Turkish lira rallies as Ankara increases tariffs on United States imports

Samantha Lee  Business Insider

Samantha Lee Business Insider

Brunson is now on trial and held on house arrest, with few indications that Turkish officials intend to comply with the demands - despite USA sanctions that were leveled against them two weeks ago.

Brunson's lawyer Cem Halavurt told AFP that a higher court would also discuss his appeal for Brunson's release.

Brunson, who faces up to 35 years in prison if convicted, has always maintained his innocence.

The Trump administration imposed its own financial sanctions on two Turkish ministers and doubled steel and aluminum tariffs on the country earlier this month as President Donald Trump tries to secure the Brunson's release. A higher court was however, was scheduled to review the appeal, the agency said.

Brunson was arrested and indicted on espionage and terror-related charges back in 2016 in connection with a failed military coup operation.

USA officials maintain there is no credible evidence against Brunson - who has been held for nearly two years - and the Trump administration has negotiated for weeks to secure his release. The US government is demanding that Turkey release Brunson, saying he's being held captive based on false accusations of spying.

The decree, signed by President Recep Tayyip Erdogan, raised the tariffs on passenger cars to 120 percent, on alcoholic drinks to 140 percent and on leaf tobacco to 60 percent.

Earlier on Wednesday, Turkey said it was increasing tariffs on imports of certain United States products in response to American sanctions on Ankara that caused the value of the lira to plunge.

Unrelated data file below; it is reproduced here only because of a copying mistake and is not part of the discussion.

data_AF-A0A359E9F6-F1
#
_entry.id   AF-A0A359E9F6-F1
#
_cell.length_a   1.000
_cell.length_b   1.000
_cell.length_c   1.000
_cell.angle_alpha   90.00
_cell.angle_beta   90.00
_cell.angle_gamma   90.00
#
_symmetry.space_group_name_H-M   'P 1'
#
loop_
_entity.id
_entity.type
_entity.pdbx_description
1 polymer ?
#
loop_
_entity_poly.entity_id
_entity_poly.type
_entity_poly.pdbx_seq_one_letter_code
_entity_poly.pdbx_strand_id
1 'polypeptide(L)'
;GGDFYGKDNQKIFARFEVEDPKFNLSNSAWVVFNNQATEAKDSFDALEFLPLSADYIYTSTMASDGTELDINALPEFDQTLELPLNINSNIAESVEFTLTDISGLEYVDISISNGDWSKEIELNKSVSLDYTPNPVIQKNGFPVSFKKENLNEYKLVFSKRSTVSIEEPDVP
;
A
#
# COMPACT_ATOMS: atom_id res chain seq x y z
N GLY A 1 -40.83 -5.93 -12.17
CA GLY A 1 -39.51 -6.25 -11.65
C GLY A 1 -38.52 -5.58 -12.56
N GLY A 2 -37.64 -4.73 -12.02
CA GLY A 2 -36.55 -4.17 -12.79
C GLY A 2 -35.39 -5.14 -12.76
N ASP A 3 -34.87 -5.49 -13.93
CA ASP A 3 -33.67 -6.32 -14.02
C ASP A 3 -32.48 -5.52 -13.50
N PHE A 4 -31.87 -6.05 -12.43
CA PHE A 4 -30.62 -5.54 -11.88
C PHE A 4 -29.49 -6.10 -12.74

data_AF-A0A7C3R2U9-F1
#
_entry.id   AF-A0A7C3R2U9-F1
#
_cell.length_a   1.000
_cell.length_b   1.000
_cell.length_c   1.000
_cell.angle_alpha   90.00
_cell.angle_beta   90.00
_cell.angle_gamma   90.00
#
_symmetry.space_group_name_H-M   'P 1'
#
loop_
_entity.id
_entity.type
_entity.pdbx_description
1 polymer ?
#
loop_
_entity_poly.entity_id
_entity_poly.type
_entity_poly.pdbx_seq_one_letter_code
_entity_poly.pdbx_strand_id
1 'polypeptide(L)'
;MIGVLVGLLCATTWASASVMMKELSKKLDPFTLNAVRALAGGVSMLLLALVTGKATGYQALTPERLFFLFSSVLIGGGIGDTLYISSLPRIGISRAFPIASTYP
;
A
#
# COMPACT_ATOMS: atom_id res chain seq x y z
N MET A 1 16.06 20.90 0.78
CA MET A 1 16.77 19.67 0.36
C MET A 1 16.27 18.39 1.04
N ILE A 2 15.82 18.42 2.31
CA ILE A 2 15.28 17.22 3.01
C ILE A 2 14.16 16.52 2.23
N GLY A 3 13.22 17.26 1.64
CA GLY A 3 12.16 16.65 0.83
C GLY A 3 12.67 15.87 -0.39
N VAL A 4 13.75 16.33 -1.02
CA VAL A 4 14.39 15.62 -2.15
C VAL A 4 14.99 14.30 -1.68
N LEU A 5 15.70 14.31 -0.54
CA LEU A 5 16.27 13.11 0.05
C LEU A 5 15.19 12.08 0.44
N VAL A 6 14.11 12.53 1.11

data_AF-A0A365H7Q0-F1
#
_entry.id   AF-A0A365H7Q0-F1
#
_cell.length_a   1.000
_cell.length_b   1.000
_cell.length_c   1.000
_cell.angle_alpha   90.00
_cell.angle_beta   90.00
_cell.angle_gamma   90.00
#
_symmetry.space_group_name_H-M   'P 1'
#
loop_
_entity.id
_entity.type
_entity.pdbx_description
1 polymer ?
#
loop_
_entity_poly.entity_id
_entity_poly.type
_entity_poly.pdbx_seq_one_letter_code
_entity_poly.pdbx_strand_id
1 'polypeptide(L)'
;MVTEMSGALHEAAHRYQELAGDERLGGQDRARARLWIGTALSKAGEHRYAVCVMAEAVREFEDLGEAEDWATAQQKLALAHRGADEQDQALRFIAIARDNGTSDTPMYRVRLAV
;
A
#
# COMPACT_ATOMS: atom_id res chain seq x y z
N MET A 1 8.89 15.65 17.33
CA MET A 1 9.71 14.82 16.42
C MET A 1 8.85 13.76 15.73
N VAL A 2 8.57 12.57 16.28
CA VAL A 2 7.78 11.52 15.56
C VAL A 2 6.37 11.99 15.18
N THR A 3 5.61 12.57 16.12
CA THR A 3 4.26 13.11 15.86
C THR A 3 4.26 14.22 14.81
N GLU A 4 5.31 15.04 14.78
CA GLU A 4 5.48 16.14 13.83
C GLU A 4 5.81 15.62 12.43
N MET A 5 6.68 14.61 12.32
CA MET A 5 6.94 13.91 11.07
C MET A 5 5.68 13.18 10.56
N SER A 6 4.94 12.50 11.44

National Security Adviser John Bolton met at the White House on Monday with Turkish ambassador Serdar Kilic, but the discussion reportedly did not result in any substantive progress.

Some analysts predicted Beijing, while embroiled in a trade war with the U.S., may offer some financial assistance to Turkey, such as buying yuan-denominated bonds.

Erdogan has reacted to the financial instability by blaming foreign powers, in particularly the United States, a longtime North Atlantic Treaty Organisation ally, which he says is waging an "economic war" as part of a plot to harm Turkey.

"Although China does not want to upset the United States, it is in China's national interest to cooperate with Turkey, which is still a geo-strategically important country between Europe and Asia", he said.

Jurgen Odenius, economic counsellor at PGIM Fixed Income, said: "The root cause of the crisis lies in a leverage-financed domestic demand boom that increased the external financing requirement of Turkey's corporations, banks, and government ..."

"We view the policy of sanctions as unlawful and illegitimate, driven mostly by a desire to dominate everywhere and in everything, dictate policies and call shots in worldwide affairs", said Lavrov, predicting "such a policy can't be a basis for normal dialogue and can't last long". It is not just Turkey's request.

Kılıç and 10 other human rights activists, including Amnesty International Turkey's director, İdil Eser, went on trial in October accused of aiding groups that Turkey describes as "armed terrorist organizations".

Explaining the new tariffs, Turkish Vice-President Fuat Oktay said the rises were ordered "within the framework of reciprocity in retaliation for the conscious attacks on our economy by the U.S. administration".

"Turkey is also putting more importance on European Union countries to avoid a full confrontation with the West", he said.

"We (also) have our Venus and Vestel", he said about homegrown Turkish electronics brands.

In a tweet on July 26, Trump called Brunson a "great Christian, family man and wonderful human being" and said he "should be released immediately".

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